They'll Take Manhattan

The streets of New York can be rough for motorcycles. But bikes ruled at the 25th annual International Motorcycle Show

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The 2006 Cycle World International Motorcycle Show brought its 25th edition to the Jacob Javits Convention Center in New York City in late January. This year, in contrast to 2005's white-out blizzard, motorcyclists were rewarded with an out-of-the-ordinary, near-perfect weather weekend. Many bikes were parked in the area surrounding the Javits Center, indicating many motorcyclists were comfortable with riding to the show. An estimated 80,000 people attended the three-day event, according to show organizers.

The show began its run in November in Fort Worth, Tex., and winds down in Atlanta in mid-March. At the New York stop, about 274,000 sq.ft. of exhibition space contained nearly 2,000 exhibitors, vendor's booths, and manufacturer displays. Just about all the big manufacturers from around the world were present. Honda (HMC), Kawasaki, Suzuki, and Yamaha, represented Japan, while sleek Italian makes from Aprilia, Ducati (DMH), Moto Guzzi, and MV Agusta flexed their style, along with the scooters by Piaggio and Vespa.


  BMW bikes flashed their high-end German engineering, while under the familiar orange and black banners, the traditional U.S. made Harley-Davidson (HDI) cruisers attracted a huge following. Not to be outdone on the sporting end, Harley-Davidson had their V-Rods and Buell motorcycles on display as well. Another American company, Victory Motorcycles, was there presenting their own cruisers, which seem to get more stylish every year.

For some odd reason, Triumph Motorcycles were not present, and notably missed, leaving Britain unrepresented.

In the sportbike category, it seems that major upgrades and redesigns are required every couple of years if models are to remain competitive in the market and on the racetrack. This time around, most of the 1000cc sportbikes were boasting big upgrades (see BW Online, 1/5/06, "Honda's Sweet New Sportbike").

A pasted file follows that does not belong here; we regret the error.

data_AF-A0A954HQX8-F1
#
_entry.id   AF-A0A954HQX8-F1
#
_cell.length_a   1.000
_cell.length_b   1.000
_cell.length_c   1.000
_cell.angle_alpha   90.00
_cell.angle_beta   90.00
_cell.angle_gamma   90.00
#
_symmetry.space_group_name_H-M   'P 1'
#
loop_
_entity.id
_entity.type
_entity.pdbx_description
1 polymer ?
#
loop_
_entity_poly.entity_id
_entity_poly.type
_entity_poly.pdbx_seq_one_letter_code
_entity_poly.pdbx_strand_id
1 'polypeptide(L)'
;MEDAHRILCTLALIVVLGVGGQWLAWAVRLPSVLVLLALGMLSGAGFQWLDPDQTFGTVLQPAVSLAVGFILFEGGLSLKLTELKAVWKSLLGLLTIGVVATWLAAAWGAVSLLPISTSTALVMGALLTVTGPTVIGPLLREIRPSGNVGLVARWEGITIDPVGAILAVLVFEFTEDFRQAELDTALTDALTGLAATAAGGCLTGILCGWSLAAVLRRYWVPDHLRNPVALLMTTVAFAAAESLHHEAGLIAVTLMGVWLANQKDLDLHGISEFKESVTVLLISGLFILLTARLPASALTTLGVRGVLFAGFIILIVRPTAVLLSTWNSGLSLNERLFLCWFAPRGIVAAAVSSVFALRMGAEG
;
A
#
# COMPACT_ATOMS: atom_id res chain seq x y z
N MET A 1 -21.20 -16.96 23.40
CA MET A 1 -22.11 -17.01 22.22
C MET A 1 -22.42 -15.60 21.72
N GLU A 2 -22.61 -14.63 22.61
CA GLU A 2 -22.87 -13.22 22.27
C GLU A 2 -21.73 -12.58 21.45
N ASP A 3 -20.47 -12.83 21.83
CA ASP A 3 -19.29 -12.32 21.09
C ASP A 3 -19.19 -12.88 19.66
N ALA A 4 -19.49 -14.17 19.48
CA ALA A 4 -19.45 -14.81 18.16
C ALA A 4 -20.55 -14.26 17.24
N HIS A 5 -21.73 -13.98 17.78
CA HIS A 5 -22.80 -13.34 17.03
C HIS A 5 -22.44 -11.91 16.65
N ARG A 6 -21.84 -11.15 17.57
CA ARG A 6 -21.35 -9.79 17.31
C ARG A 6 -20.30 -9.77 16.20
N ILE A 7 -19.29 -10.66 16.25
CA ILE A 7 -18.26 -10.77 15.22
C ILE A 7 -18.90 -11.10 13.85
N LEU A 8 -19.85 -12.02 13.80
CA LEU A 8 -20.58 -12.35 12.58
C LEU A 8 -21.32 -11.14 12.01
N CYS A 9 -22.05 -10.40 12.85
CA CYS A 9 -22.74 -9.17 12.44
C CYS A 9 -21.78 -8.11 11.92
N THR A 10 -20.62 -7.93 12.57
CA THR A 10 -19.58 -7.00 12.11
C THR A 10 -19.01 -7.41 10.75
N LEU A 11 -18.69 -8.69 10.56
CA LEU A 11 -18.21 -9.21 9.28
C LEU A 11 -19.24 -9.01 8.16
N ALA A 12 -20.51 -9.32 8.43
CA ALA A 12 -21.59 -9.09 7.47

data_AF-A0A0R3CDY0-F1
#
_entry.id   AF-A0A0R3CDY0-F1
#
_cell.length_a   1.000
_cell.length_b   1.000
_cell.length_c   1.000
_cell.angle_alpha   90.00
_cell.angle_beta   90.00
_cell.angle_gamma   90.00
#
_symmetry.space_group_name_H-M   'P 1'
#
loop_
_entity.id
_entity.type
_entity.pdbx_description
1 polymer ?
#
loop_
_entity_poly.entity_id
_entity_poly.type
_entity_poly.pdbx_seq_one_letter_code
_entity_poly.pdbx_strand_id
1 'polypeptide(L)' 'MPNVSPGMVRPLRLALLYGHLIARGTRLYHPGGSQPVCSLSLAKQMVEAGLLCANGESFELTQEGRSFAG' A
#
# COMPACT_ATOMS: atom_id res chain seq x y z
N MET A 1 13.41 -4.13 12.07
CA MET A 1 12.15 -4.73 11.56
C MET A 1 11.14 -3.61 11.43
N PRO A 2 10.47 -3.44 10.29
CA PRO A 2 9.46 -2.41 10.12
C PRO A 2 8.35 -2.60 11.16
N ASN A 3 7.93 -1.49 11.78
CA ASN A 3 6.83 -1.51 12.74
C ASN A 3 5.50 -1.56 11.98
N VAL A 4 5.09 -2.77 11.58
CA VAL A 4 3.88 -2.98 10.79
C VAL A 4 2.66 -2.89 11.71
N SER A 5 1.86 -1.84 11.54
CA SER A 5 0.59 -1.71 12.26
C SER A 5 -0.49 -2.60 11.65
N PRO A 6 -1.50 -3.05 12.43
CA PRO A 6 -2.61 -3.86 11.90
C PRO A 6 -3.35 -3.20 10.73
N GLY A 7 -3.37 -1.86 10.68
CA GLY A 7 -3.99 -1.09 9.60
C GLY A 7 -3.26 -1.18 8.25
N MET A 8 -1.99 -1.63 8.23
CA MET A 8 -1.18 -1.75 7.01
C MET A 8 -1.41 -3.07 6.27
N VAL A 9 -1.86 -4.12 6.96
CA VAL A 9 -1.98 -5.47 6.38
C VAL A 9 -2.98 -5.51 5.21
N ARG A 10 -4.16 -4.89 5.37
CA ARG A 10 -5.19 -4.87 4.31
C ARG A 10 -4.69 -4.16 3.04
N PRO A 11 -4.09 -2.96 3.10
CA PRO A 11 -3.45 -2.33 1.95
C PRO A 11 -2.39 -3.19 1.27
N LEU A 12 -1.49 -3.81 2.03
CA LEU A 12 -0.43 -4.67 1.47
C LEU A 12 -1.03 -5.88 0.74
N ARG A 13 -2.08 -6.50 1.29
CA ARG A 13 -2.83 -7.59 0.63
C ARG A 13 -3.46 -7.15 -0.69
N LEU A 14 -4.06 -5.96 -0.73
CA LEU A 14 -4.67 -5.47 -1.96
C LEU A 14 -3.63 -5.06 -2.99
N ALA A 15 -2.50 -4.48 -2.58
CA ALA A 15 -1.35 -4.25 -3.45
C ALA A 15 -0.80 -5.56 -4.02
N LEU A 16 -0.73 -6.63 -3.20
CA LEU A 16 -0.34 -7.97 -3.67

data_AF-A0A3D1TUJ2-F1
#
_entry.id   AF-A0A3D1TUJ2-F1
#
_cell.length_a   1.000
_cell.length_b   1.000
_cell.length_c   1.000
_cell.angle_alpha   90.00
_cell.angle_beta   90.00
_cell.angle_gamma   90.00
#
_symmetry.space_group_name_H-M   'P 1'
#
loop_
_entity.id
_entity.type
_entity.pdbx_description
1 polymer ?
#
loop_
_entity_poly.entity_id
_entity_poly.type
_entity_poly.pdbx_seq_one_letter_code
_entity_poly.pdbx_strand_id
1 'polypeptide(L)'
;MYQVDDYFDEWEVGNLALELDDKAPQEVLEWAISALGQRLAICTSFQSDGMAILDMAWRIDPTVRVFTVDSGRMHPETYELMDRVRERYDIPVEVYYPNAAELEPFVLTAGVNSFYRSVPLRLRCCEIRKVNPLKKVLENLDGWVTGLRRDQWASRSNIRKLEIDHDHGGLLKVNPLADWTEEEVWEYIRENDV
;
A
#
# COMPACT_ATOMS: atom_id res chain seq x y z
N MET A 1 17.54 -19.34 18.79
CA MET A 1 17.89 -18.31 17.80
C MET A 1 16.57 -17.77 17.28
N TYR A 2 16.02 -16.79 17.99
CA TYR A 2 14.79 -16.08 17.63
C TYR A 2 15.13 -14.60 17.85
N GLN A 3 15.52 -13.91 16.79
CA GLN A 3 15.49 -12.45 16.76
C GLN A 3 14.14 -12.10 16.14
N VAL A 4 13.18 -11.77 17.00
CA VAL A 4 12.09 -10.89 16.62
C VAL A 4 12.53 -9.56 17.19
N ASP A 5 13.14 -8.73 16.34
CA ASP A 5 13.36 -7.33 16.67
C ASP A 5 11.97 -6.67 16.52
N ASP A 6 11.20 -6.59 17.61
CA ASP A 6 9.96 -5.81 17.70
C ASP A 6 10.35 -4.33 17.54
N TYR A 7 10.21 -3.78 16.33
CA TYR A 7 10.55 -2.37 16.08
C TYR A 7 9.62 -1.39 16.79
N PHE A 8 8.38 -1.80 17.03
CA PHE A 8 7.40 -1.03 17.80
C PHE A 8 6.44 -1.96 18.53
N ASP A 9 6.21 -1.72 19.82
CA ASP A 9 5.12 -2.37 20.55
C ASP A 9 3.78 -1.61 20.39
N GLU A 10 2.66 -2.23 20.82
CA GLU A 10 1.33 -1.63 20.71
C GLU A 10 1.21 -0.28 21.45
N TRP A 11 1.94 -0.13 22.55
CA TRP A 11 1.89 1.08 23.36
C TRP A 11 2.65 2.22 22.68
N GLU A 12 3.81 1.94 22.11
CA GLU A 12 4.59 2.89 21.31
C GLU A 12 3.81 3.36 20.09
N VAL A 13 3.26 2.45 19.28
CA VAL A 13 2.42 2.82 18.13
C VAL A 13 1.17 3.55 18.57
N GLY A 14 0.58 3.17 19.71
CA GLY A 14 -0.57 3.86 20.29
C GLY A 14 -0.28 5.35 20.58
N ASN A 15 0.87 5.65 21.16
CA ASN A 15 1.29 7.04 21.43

Suzuki showcased its new M109, a cruiser that features sportbike technology. But some of the hype around the company's display involved some of their real sportbikes. The redesigned midsize 600cc and 750cc GSX-R models signaled a new trend for Japanese manufacturers, with their short, compact exhaust systems neatly tucked away on the underside of the engine. It's a similar design to what Buell has been using for many years (see BW Online, 1/30/06, "Buell Introduces XBRR Motorcycle").

Another Japanese model following this trend comes is Yamaha's 600cc R6 model. Yet the exhaust system makeover is only a minor item on this heavily redesigned high-end performer, with fly-by-wire throttle control and a screaming redline, rev limit of 17,500 rpm. The technology on this new R6 gives it bragging rights as Yamaha's most advanced production motorcycle.

The Italians weren't to be outdone this year, though. MV Augusta in particular had all their bikes on display, with their new Brutale 910R and F4 1000 Senna in the spotlight. The latter is a special tribute to the late Formula One driver Ayrton Senna. Both bikes are limited-production models, equipped with exclusive high-performance modifications.

The show provided a pleasant sensory overload for those hard-core fans who can gain satisfaction just from catching a glimpse of their favorite model's new alterations and colors. For many, grabbing the bars and throwing a leg over for some seat time, it could be considered their first test ride, albeit a static one.

Before it's here, it's on the Bloomberg Terminal.